Nick Nesbitt is Professor of French and Italian. His book “The Price of Slavery: Capitalism and Revolution in the Caribbean” was published on March 18, 2022 by University of Virginia Press.
How did you get the idea for this project?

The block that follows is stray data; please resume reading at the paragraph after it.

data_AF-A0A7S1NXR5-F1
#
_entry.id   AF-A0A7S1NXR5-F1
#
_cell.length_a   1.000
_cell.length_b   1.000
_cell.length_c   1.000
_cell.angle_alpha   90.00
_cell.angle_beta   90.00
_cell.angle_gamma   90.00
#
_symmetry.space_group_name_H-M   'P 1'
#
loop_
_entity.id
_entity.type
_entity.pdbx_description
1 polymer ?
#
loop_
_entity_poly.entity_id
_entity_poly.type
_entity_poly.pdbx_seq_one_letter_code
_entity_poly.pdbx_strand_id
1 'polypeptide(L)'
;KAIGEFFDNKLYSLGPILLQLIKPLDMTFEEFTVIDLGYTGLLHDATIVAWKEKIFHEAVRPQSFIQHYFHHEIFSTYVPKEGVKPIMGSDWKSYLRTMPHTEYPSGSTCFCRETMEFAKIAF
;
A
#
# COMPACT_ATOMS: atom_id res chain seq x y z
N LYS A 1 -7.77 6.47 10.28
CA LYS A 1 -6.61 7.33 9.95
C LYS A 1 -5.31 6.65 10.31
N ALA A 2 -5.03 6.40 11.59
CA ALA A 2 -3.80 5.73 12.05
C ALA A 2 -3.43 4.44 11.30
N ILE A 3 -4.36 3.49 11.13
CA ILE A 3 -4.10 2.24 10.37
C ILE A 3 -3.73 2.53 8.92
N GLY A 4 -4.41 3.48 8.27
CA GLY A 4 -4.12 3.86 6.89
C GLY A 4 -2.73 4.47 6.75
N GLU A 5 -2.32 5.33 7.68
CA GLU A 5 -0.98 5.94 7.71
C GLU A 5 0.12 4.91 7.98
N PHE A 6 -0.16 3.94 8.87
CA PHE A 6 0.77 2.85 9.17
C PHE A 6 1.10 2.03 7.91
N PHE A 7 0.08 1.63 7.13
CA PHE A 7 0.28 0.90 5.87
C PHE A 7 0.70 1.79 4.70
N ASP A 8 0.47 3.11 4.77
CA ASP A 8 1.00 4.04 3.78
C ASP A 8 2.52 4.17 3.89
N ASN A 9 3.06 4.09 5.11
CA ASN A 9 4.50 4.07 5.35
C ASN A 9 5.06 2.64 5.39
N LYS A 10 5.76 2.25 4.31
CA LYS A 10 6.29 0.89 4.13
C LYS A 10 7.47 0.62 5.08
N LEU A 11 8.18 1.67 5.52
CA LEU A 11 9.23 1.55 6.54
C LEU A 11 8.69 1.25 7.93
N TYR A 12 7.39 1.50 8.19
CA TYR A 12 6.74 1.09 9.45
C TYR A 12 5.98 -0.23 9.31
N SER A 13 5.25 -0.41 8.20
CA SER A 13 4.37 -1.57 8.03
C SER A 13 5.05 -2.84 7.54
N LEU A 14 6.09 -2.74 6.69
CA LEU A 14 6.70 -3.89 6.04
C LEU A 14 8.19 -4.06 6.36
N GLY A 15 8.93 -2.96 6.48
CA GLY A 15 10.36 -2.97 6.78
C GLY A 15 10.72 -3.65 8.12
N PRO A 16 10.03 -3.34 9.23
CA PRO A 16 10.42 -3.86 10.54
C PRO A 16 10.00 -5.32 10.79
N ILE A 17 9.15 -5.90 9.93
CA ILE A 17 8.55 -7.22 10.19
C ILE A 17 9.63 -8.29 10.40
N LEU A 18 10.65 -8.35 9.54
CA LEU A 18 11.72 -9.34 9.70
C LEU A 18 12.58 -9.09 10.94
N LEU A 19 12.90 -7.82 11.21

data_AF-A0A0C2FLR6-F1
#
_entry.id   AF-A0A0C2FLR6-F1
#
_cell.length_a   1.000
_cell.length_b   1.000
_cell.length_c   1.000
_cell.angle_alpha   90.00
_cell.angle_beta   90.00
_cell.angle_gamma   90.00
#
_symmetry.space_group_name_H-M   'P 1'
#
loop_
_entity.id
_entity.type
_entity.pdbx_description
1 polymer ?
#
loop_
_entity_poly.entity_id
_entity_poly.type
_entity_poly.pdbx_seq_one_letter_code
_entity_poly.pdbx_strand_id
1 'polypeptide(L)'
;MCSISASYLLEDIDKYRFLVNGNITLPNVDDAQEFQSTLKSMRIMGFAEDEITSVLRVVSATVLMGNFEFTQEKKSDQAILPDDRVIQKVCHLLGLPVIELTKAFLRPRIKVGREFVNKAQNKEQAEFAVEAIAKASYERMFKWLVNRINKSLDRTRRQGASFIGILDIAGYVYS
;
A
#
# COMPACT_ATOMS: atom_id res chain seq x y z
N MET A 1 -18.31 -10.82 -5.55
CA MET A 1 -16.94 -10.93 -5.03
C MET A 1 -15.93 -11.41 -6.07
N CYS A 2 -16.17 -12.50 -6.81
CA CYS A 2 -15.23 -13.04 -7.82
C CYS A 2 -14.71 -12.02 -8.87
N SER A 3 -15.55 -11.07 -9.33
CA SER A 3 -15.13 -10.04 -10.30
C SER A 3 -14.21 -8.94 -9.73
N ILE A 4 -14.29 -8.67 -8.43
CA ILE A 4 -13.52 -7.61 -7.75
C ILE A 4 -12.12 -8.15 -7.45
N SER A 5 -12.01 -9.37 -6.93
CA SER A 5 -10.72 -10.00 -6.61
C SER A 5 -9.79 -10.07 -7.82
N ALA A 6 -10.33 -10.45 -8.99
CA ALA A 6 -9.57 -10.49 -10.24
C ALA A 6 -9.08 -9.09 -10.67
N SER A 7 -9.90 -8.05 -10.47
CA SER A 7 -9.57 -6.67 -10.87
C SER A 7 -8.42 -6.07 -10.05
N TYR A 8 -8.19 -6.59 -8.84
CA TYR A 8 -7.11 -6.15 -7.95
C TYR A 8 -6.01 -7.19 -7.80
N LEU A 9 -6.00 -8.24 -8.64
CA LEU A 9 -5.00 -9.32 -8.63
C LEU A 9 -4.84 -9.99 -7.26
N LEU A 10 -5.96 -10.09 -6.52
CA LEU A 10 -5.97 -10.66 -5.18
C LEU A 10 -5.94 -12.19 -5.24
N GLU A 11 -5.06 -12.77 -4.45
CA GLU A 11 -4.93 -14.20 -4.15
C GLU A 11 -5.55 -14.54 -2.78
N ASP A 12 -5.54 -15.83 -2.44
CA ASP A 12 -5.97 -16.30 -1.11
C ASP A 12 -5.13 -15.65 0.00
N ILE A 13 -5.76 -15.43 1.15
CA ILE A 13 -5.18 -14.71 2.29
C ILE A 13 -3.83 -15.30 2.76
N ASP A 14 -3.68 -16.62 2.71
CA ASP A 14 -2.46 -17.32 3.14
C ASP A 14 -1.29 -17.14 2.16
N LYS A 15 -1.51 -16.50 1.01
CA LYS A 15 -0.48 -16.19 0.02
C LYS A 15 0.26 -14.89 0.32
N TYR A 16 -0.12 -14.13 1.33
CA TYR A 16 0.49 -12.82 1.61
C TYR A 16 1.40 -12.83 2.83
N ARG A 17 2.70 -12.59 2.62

I was originally inspired by the striking lack of theoretical clarity on the nature of capitalist slavery that one finds in the literature since Eric Williams’ classic 1944 study “Capitalism and Slavery,” including most recently the so-called “New History of Capitalism.” One way to understand the book is thus as a theoretical intervention in current debates on slavery and racial capitalism such as the NHC or the New York Times’ 1619 Project. Focusing on capitalist slavery in the Caribbean, the book argues that only by returning to Marx’s analysis of capitalism is it possible adequately to grasp the nature of capitalist slavery as a social phenomenon—returning to Marx as did each of the Caribbean thinkers I also discuss: CLR James, Aimé and Suzanne Césaire, Jacques Stephen Alexis. At its most fundamental level, the book seeks to bring into question the historically contingent form of social relations in which we live: i.e., capitalism. I argue that the development and deployment of racial ideologies and capitalist production processes (including slavery) necessarily occurs within a governing framework of social relations, which Marx called and analyzed as the capitalist “social form.”